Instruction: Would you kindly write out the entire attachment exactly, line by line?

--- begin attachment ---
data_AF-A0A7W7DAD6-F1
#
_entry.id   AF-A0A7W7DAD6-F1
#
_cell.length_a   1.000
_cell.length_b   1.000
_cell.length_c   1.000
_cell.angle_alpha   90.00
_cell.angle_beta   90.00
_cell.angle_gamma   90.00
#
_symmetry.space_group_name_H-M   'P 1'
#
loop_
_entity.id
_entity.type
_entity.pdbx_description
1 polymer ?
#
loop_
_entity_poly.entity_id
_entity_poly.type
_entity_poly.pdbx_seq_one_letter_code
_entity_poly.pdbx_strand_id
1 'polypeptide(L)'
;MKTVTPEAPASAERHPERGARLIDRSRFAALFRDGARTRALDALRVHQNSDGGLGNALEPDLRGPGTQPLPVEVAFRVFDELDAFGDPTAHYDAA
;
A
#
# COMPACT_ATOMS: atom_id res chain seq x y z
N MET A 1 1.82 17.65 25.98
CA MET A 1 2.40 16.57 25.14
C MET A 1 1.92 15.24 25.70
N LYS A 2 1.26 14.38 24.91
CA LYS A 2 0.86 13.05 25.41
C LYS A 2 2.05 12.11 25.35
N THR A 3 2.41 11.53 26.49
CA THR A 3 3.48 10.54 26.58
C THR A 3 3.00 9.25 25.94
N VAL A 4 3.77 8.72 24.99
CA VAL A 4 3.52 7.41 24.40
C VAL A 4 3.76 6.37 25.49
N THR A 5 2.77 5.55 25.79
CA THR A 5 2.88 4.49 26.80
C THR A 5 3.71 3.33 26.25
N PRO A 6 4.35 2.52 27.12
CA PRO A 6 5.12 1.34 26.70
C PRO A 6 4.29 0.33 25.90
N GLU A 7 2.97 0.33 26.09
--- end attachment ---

data_AF-A0A7W7DAD6-F1
#
_entry.id   AF-A0A7W7DAD6-F1
#
_cell.length_a   1.000
_cell.length_b   1.000
_cell.length_c   1.000
_cell.angle_alpha   90.00
_cell.angle_beta   90.00
_cell.angle_gamma   90.00
#
_symmetry.space_group_name_H-M   'P 1'
#
loop_
_entity.id
_entity.type
_entity.pdbx_description
1 polymer ?
#
loop_
_entity_poly.entity_id
_entity_poly.type
_entity_poly.pdbx_seq_one_letter_code
_entity_poly.pdbx_strand_id
1 'polypeptide(L)'
;MKTVTPEAPASAERHPERGARLIDRSRFAALFRDGARTRALDALRVHQNSDGGLGNALEPDLRGPGTQPLPVEVAFRVFDELDAFGDPTAHYDAA
;
A
#
# COMPACT_ATOMS: atom_id res chain seq x y z
N MET A 1 1.82 17.65 25.98
CA MET A 1 2.40 16.57 25.14
C MET A 1 1.92 15.24 25.70
N LYS A 2 1.26 14.38 24.91
CA LYS A 2 0.86 13.05 25.41
C LYS A 2 2.05 12.11 25.35
N THR A 3 2.41 11.53 26.49
CA THR A 3 3.48 10.54 26.58
C THR A 3 3.00 9.25 25.94
N VAL A 4 3.77 8.72 24.99
CA VAL A 4 3.52 7.41 24.40
C VAL A 4 3.76 6.37 25.49
N THR A 5 2.77 5.55 25.79
CA THR A 5 2.88 4.49 26.80
C THR A 5 3.71 3.33 26.25
N PRO A 6 4.35 2.52 27.12
CA PRO A 6 5.12 1.34 26.70
C PRO A 6 4.29 0.33 25.90
N GLU A 7 2.97 0.33 26.09